Healing Harmonious Habits

How chaotic life seems sometimes! There are so many things out of our control that it's no wonder we experience stress. Life becomes a battleground, and we're the unwilling warrior just doing our best to get through the day.


What if it didn't have to be that way? In fact, what if you could still achieve a life of Ease and Grace through the creation of a calm state of mind?


It really is possible.


The problem with being calm is that we tend to treat it like a mythological creature. We realize deep down just how much of an ideal state of being it is to experience 'calm' but think only a chosen few will see such a thing in their lifetime. Calm is a matter of timing, isn't it? Or perhaps luck?


Oddly enough, it isn't. By having a deliberate plan, you can create calm in your own life by developing a series of simple habits. Intrigued? Let's explore a few of those here:

Start the Day Right


Your first and best habit should be the creation of a morning ritual. What this looks like should be entirely up to you. Some ideas? Starting the day by eating breakfast is essential as your body needs fuel to begin the day. Meditation, exercise, a little journaling are all things that give a calming and reflective start to the day. Beginning calm goes a long way toward staying calm as the day progresses.

What's your Go-To?


Even when you start the day right, stress is going to creep in. Your next habit should focus on what your typical response is to stress. Sometimes our answers aren't the best, such as stress-eating, pity parties, or even self-harm. You want to develop a good response to stress that you can use as your new go-to. Deep breathing, taking a walk, a few minutes of meditation, and creating a To-Do list to guide you in figuring out the next best steps are all things to consider trying. Remember, there's no one-size-fits-all for this, so if something doesn't feel like 'you' or doesn't work, try something else. Make a habit of whichever one restores your calm best.


Step Back


It's so easy to take the small things personally, creating additional stress where none was needed. To combat this, develop the habit of a reality check. Ask yourself if what you're feeling is truly the case. Might there be another explanation that has nothing or very little to do with you? Your best option? Make a habit of avoidance when it comes to responding to this kind of emotional response.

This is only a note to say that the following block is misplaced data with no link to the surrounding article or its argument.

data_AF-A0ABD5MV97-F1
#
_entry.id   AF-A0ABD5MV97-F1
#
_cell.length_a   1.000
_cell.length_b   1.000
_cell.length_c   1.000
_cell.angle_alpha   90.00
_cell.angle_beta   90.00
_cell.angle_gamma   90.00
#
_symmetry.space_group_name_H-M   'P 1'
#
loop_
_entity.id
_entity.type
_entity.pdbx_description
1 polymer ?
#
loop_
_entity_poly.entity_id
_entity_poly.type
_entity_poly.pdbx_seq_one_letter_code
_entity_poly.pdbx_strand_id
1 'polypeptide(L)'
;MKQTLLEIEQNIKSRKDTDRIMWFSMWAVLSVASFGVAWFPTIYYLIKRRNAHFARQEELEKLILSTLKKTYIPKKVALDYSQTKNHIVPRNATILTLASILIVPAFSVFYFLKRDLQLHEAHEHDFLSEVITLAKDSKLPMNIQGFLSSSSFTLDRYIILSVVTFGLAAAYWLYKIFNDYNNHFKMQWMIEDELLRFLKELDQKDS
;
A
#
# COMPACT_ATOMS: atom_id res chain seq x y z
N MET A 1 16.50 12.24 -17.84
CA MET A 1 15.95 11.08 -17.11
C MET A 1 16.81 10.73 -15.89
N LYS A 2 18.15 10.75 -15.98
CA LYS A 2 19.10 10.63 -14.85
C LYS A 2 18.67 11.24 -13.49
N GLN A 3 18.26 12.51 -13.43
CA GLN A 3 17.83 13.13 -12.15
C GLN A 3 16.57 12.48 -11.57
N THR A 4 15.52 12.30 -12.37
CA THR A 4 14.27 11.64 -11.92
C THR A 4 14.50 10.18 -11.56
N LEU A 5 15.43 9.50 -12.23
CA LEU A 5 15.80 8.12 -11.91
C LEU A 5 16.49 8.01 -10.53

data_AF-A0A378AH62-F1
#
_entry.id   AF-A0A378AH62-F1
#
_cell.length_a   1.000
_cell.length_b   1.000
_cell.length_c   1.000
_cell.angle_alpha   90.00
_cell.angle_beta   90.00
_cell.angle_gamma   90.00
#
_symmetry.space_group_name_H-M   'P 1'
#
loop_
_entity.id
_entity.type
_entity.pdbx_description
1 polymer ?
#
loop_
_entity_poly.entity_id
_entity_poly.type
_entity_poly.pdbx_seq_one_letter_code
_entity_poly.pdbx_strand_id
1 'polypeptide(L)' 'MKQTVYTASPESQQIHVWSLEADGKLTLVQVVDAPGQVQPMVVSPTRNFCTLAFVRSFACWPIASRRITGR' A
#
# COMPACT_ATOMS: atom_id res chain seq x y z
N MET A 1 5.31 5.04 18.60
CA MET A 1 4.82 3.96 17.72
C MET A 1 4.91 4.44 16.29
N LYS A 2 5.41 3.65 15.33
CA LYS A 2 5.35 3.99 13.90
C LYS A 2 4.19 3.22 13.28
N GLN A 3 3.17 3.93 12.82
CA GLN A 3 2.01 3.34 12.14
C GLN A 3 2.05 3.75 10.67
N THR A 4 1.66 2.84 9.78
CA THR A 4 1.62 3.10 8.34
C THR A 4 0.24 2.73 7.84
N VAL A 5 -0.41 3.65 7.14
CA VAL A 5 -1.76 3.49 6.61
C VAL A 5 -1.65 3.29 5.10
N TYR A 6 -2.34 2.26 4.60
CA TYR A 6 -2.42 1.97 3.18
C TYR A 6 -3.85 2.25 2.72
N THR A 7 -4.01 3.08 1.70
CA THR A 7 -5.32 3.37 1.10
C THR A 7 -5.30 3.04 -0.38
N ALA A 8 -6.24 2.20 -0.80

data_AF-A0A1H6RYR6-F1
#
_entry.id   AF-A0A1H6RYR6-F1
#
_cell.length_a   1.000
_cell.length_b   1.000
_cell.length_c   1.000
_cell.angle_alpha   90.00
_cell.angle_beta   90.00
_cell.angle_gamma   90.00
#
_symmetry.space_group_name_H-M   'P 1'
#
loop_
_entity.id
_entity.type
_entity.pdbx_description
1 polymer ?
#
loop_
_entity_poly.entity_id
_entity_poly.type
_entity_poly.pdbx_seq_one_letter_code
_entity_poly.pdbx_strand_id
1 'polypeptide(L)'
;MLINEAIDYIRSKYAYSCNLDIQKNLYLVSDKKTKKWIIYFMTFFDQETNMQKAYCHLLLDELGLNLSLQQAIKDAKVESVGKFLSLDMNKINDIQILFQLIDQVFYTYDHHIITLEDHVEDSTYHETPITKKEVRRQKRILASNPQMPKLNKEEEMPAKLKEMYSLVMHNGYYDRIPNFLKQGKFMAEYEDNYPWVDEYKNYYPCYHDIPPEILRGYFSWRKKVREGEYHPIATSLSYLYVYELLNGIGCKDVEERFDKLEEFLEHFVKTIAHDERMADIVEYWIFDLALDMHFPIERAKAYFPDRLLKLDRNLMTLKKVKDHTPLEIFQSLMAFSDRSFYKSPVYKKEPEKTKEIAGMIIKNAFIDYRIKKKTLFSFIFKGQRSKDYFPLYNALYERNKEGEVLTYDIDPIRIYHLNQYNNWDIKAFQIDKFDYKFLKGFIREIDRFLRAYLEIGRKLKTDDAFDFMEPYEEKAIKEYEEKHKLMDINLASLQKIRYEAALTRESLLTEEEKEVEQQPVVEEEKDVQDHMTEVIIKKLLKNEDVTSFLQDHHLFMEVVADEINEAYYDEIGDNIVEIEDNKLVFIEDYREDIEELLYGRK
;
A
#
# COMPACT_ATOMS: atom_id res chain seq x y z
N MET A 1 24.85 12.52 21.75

Exhibit Gratitude


How we react to things is entirely up to us. This means that when things go wrong, we need to start building the habit of looking for what went right. The simplest way to do this is to regard the situation from the point of view of gratitude. Ask yourself what you can be thankful for right now. Express your thanks out loud if you can. You can be grateful for situations such as 'I'm grateful for my good health' or for something someone else did. When possible, thank the people in your life for the positive contributions they've made for your day. This gratitude will take the stress out of even a bad day and guide you back toward calm.

Be More Zen


Speaking of reactions to stress, what have you been doing lately to help mitigate stress's physical effects? Stress has a way of knotting up muscles, making your thoughts race, and leaving you feeling 'off,' even when you're doing what you can to keep things calm. This is why things like a habit of meditation, tai chi, yoga, or other calming activities really can put you back into a state of calm.


Focus on The Next Best Thing


Single-tasking is something that has been gaining much popularity. Sadly, we've been raised to think the more we do at once, the more we're accomplishing. This is the furthest thing from the truth. Trying to do everything at once will reduce productivity and has the side-effect of raising stress levels. Finding calm comes from putting your concentration on what's in front of you. That's it.


Embrace Silence


Not everyone can find calm in the chaos. While some people seem to do well in bright and engaging surroundings, more often than not, too much outside stimulus creates mild to moderate levels of stress and anxiety. If you're one of those people, turning off the music, dimming the lights, and creating a physically calmer and more soothing atmosphere might benefit you. Try making a habit of spending time in a quiet space, such as walking outside in nature or just relaxing in a darkened room for ten to twenty minutes every day.